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honestgamer It's not all an elaborate ruse, some misguided attempt to establish for myself an online persona of dubious quality. I really am dull. If you don't find that unbearable, though, this is my blog that examines just how truly boring I can be.

Title: Musings following sleep depirvation
Posted: November 29, 2009 (05:35 PM)
I'm curious about something. Suppose for a second that going forward, games will no longer have either innovation or refinement. They'll have one for the rest of time, but not the other.

In the first case, you wouldn't see any new genres but you would see ambitious attempts to push current genres to new heights of excellence. You would see old ideas combined in some interesting ways, probably with better production values than in the past, but that would be it.

In the second case, you'd still see pretty games. But because people are so obsessed with innovation, the pretty games would be mostly optional as developers focused on providing something totally unique. Naturally, the number of games produced would decrease drastically and a lot of them would have irritating flaws that no one would ever bother improving upon with a subsequent release, but at least you could be guaranteed a thoroughly new experience with every game that you purchased.

What scenario appeals to you most? To hear a lot of people talk, innovation is the only justification for a game to exist, yet I know beyond a shadow of a doubt that I would choose the first situation. There's a lot of room for great gaming without real innovation. The games I enjoy most are often nothing more than polished reworkings or mixtures of things that I enjoyed years before.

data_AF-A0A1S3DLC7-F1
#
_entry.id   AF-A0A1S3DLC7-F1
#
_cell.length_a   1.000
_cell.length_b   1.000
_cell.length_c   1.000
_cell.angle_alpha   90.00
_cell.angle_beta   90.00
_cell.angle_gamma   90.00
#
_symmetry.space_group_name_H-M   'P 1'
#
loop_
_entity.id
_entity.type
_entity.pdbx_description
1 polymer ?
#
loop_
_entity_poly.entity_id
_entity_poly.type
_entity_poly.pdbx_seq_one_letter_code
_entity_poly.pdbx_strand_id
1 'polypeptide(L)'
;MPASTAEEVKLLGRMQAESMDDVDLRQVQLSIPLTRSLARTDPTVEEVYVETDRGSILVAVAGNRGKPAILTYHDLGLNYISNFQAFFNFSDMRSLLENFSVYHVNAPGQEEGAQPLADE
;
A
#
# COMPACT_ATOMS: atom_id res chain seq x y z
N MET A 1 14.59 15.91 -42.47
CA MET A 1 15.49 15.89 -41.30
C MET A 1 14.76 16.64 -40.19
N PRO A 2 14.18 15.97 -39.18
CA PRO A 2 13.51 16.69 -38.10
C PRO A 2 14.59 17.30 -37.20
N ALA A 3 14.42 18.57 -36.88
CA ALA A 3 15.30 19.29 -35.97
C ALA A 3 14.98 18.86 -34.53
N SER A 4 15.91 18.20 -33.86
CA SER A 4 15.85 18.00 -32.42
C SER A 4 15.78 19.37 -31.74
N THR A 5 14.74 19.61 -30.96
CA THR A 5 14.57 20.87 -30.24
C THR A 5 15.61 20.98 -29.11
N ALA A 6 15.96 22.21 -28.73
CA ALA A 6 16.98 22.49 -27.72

Fortunately, we don't live in a world where we have to choose between innovation or polish. Yet I routinely see great games bashed because they lack true innovation. To me, it's a bit like complaining about Coke because it doesn't reinvent itself often enough. I like new flavors of pop, sure, but sometimes all I want is Coke.
[reply]

HalonUser: Halon
Title:
Posted: November 29, 2009 (06:34 PM)
You want a combination of both, although this gen seems to be focusing on refinement. The biggest innovation this gen seems to be the rise in popularity of online games on consoles. It has been here for a while but it wasn't until this gen that everyone and their dog is on Xbox Live/PSN/etc. However I'm not even sure if I would consider it much of an innovation since online gaming has been popular on PC's since the 1990's. Also the console market is dominated by western games for the first time in probably forever.

Sadly games have been a disappointment thus far, both PC and console. Nothing new, more sequels/rehashes, and very few titles that are not possible last gen. I'm not saying I want to see a bunch of innovations or genres to pop up out of nowhere, but there is no question that gaming is getting a little stale and something new and interesting once in a while would be very nice.
[reply]

randxianUser: randxian
Title:
Posted: November 29, 2009 (07:24 PM)
I'll take refinement. I can live with more of the same ol' same ol' as long as the game is fundamentally sound in terms of mechanics and controls.

Innovation would be worthless if the games are sloppy and unplayable. What good is a brand new idea if the game isn't enjoyable?
[reply]

zigfriedUser: zigfried
Title:
Posted: November 29, 2009 (07:26 PM)
I'm happy with what has been created thus far, so chalk me down as generally preferring refinement.

That being said, a lot of companies can't compete in the area of refinement. For those companies (and indie developers fall under this), I think innovation is their best chance to truly make a mark. Fresh concepts are something they can provide that doesn't rely on money money money.

A lot of critics harp on innovation. But from a marketing perspective, refinement sells. Without that constant critical reminder of "it's pretty but this isn't innovative", then we really would move towards a world that only values refinement and big-budget spectacles.

//Zig
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